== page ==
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It was a bad night for Ken Goodrich. The CEO of Goettl Air Conditioning sat in his house two years ago, wondering if he would be alive in the morning. The pressure of building a multistate HVAC firm led to eating too much and eating poorly. Goodrich made too little time for sleep, much less exercise.

After that difficult night, Goodrich decided to overhaul his lifestyle. He changed his diet and stopped drinking. He started moving more. This happened during the early months of the pandemic, so Goodrich spent plenty of time on calls. He spent that time walking back and forth, the steps adding up quickly.

The state Goodrich found himself is unfortunately common for business owners. The body stores energy when under stress, making weight gain easier. Then, entrepreneurs tell themselves they earned that large steak or an extra glass of wine at dinner.

“As you neglect yourself, you are neglecting your family, your employees, your customers, and your business,” he said. “I neglected myself to the point of near death.”

Today, Goodrich weighs 100 pounds less. He was on two medications for high blood pressure, and now he takes neither. Goodrich also no longer uses a CPAP machine at night.

These changes benefitted Goettl as well as Goodrich. He started to have more energy and think more clearly. Goodrich said business owners take care of their companies by taking care of themselves.


Others Follow the Lead

Others noticed the changes Goodrich made. Paul Redman, vice president of sales for Contractor Commerce, was stunned when he met with Goodrich for a podcast for his old employer, Ryno Strategic Solutions. The two started a Facebook group, First Step with Ken Goodrich, to share this story and inspire others.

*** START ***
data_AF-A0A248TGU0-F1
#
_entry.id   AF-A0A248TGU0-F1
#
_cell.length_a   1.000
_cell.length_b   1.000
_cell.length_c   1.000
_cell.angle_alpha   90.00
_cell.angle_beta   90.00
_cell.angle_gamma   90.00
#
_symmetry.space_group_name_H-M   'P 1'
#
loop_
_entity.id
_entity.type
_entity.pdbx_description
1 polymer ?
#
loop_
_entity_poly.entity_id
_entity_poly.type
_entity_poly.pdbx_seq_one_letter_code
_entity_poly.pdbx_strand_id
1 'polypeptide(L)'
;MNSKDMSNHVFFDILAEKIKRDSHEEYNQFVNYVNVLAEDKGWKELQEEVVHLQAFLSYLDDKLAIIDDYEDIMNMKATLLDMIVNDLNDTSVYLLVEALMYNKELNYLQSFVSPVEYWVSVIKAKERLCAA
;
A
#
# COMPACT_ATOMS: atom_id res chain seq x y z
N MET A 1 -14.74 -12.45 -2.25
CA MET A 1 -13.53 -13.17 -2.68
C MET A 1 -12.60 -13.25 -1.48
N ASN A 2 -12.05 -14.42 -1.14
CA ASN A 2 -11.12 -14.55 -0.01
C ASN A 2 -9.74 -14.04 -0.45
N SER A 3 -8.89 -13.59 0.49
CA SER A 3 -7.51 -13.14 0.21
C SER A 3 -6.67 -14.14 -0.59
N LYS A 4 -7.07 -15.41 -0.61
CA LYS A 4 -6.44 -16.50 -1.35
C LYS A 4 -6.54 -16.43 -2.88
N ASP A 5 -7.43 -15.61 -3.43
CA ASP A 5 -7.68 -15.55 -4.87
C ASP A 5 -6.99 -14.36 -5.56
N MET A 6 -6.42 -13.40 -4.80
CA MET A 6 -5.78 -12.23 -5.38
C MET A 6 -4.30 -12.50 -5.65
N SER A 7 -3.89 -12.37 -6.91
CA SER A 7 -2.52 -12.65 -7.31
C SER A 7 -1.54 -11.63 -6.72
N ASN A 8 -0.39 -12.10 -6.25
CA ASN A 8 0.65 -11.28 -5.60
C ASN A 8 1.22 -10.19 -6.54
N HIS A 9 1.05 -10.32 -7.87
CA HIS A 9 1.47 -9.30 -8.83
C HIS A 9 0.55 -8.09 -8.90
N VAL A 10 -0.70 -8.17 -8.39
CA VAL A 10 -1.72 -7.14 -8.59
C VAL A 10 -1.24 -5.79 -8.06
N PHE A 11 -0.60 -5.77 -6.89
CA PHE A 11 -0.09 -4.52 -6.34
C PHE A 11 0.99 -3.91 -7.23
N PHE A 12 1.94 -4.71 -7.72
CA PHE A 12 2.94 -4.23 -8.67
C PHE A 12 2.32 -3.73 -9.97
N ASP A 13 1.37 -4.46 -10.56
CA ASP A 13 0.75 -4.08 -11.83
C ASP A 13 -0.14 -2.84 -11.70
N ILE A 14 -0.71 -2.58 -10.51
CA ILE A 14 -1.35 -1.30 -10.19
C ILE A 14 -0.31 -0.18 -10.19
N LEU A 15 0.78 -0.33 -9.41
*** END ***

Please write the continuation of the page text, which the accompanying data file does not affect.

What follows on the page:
The group currently has 194 members, almost all from the HVAC business. They share details about their journey, capturing some of their exercise routines on either videos or through an app called Strava. Goodrich said a public commitment makes it hard to go back into bad habits.

Redman is very tall and a former athlete. Some might question his need to commit to healthy habits, but heart disease runs on both sides of his family.

“I have to fight every day to stay healthy and make sure I don’t slip,” Redman said. “I’m one of those people who can look at a bagel and gain two pounds.”


Journey Starts with the First Step

The name “First Step” reflects Goodrich’s philosophy that the way to make a big change is to start small. It was the message David Strider needed to hear. The regional manager for Goodman Manufacturing has known Goodrich for years, but hadn’t seen him for some time. Like Redman, the transformation amazed him.

Strider weighed 280 pounds at the time after being stuck at home during the early part of the pandemic. It was the highest weight he ever reached. Losing weight and getting healthier seemed out of reach until he spoke with Goodrich.

“I always saw it as a monumental task,” Strider said. “But it isn’t really difficult. It’s just easier not to do it.”

Strider started walking and eating better. Then he hired a personal trainer. He cut out sweets and soft drinks. Strider eats lean proteins and drinks his weight in ounces of water every day.

“It’s just become a part of my life,” Strider said.